Monitors server for new data
 Monitors for new data to be sent
 Monitors charge status of charging hand units
 Monitors UPS
 Monitors user interaction with GUI
 Monitors pace of play
 Updates GUI display
 Updates hand unit locations
 Updates leader boards
 Update database tables
 Sends orders to kitchen printer
 Sends score card information to proshop printer.
 The database will be able to handle large amounts of data. It will be a relational database and should be able to handle most if not all the Structured Query Language (SQL) specifications. Another important feature of the database is its ability to alter tables. This means that an existing table can have columns added to or deleted from. With this feature, it will be easy to modify the database to suite the needs of a particular customer or even change with different trends. The database will also handle multithreading. Multi-threading allows multiple queries to occur at the same time.
 Every relational database table contains a key. The key is a column or set of columns that organize the table. On a one column key every entry in the key column must be unique.
 Currently there are eight defined data structures:
 General Information
 Member Information
 Unit Information
 Map Information
 Daily Usage Information
 Orders Information
 Service Requests.
 This table is used to keep records of members at a particular golf course.
 The general information database will be a single table that contain the above information about each user unique to every entry.
 This table is used to track information for a particular member. Each member should have their own table of information.
 There will be a member information table for each member at the golf course. It will keep track of every round of golf played at this club along with the course that was played (for clubs with multiple courses). The key to this table is the Date and Start time.
 This table is used by the clubhouse computer to determine the status of all the hand units.
 This table provides all the vital information about a particular hand unit. Every unit at the golf course will have its own entry in this table with the key to the Unit Information table being the IP address of the unit.
 This table provides all the vital information about a particular map.
 This table is dependent on the mapping technology that is chosen to map and survey a course. Currently, the unique column is the Map Name column.
 This is information that can be used to see how players used the system and other general course information.
 This table a central data base of general information about the golf course usage with the golf course management system. The Member # and Start Time columns are unique if a new table is generate for each day.
 This table is used to record when, who and how much is ordered by players This is just one of many possible tables that keep track of usage.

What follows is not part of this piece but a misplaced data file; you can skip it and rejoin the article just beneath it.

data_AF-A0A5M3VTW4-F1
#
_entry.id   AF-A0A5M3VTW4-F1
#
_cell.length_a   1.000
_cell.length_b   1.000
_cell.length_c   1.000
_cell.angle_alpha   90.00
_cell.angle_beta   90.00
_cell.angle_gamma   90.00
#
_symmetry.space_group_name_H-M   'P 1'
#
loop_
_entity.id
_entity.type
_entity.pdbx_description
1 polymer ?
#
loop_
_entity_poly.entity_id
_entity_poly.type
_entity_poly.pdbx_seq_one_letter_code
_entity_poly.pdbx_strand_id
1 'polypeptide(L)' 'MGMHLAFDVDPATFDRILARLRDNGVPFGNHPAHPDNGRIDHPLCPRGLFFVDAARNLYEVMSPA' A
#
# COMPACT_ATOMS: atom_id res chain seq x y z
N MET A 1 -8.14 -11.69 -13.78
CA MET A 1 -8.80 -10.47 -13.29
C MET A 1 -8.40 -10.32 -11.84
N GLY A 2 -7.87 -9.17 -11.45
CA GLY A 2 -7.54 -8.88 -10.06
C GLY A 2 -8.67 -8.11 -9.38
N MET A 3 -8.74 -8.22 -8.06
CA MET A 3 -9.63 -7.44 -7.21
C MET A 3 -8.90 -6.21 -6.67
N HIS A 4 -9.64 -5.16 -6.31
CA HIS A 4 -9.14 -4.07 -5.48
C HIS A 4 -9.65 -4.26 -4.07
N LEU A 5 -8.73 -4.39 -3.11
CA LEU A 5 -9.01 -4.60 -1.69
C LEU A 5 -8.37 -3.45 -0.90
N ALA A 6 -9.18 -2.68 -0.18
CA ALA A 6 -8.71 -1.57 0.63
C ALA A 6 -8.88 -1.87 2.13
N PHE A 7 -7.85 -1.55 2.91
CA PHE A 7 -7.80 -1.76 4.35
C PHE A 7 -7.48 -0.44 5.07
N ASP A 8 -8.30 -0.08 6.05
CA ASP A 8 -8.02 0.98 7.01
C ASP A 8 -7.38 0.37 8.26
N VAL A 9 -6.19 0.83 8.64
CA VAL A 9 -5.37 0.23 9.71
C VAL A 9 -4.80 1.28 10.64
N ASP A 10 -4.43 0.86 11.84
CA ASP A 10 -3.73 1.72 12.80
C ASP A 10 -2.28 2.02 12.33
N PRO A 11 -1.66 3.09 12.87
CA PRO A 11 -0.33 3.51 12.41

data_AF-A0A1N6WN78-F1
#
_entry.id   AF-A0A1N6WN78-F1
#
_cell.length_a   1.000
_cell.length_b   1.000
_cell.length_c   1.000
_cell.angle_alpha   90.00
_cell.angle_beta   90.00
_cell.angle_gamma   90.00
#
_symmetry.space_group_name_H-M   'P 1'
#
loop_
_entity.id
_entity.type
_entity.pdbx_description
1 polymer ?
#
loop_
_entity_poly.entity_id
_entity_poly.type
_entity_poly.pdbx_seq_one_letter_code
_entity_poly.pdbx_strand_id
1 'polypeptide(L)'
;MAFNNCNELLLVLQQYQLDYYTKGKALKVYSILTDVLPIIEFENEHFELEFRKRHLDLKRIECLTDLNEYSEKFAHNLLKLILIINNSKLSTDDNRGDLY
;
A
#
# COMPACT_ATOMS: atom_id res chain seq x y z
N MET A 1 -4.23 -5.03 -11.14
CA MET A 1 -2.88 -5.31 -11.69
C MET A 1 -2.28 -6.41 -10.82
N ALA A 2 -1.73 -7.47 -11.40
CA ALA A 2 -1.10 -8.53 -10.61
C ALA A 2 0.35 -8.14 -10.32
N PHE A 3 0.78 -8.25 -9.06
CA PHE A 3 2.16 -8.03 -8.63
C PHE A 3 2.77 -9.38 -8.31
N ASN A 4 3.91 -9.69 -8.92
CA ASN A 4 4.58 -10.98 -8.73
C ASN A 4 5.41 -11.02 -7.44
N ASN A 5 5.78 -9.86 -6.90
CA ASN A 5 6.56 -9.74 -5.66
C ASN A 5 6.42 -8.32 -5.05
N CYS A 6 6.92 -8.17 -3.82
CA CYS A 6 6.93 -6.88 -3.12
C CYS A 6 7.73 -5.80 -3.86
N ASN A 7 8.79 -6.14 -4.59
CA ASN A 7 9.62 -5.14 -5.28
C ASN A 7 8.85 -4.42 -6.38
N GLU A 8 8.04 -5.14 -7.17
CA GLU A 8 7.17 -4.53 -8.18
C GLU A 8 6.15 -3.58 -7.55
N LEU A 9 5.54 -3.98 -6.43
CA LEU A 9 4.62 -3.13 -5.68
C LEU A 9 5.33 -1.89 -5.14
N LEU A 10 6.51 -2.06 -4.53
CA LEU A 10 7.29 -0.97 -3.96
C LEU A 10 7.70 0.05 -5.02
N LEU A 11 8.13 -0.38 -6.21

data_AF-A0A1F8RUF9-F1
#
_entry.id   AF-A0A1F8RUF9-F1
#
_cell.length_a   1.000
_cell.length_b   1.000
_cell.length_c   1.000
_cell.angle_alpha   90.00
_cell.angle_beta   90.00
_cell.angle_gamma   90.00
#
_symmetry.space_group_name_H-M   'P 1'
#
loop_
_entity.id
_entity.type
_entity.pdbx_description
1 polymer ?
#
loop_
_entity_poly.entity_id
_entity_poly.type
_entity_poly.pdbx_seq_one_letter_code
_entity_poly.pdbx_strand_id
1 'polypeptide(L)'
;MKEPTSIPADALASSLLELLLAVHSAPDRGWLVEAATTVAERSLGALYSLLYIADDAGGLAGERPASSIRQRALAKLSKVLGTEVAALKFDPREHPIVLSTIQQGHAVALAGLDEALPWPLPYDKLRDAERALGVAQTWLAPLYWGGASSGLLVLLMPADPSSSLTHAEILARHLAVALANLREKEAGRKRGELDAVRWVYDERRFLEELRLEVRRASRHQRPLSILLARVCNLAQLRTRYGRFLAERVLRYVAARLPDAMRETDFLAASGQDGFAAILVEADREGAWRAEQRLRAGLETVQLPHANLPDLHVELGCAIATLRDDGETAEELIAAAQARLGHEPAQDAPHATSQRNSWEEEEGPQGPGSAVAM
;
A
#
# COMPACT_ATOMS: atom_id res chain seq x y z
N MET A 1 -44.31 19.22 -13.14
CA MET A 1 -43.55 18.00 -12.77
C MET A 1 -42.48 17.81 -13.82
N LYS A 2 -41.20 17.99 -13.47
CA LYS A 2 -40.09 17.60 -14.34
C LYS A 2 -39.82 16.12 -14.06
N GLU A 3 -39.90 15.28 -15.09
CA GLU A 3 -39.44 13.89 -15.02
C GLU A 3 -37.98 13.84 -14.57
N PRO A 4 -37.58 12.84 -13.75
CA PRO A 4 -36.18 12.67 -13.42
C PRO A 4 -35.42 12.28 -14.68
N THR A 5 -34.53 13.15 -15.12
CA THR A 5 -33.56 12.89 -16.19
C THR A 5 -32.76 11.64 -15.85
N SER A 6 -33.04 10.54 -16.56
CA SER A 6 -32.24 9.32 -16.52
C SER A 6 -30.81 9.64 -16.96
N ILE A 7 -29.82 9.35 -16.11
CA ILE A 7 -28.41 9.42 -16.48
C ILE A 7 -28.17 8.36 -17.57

The keys are the Time and Date. These two columns will provide enough information to allow queries about a certain, item, member or date
 This table keeps track of bookings for a certain day. There will be a new table for each day.
 A new table is generated for each date that bookings can be made. The key field is the Tee Time field.
 The Service Information table records instances of when a player requested service. This could be a request for the ranger to an emergency.
 This table will allow administrators to keep track of the type of service request and who make them. This keys to this table are the Date and Time columns.
 The Clubhouse Computer (CC) communicates with the charging cradles through an RS-485 connection. The golf course management system implementation of RS-485 uses a differential two wire bus. It allows numerous connections on the bus, therefore allowing many charging stations to be connected to the CC. The RS-485 is able to span distances of a few hundred meters. Thus allowing the charging cradles to be located a significant distance away from the CC.
 Each charging cradle will be given its own IP address so that the clubhouse computer can talk to each charging cradle individually. The communications on the bus uses IP packets with the TCP protocol. The bus is half-duplex, which means that only one address can talk at any given time. The types of TCP packets on the RS-485 bus, including the following:
 Charge Status
 Hand Unit in Cradle #
 FTP Information Transfers
 New Player Information
 More Packets to be defined . . .
 The Base Station Interface (BSI) connection to the Clubhouse Computer (CC) uses RS-232. It is a full-duplex communications medium. The RS-232 from the CC goes into an RS-232 to fiber optic converter, where the RS-232 signals are translated into signals that can be transmitted into a fiber optic cable. At the other end of the fiber optic cable is a second converter to convert the signals back to RS-232. The RS-232 connection uses IP packets with the TCP protocol. A list of packets that are sent with between the BSI and the CC are listed below. The fiber optic cable allows for two important features.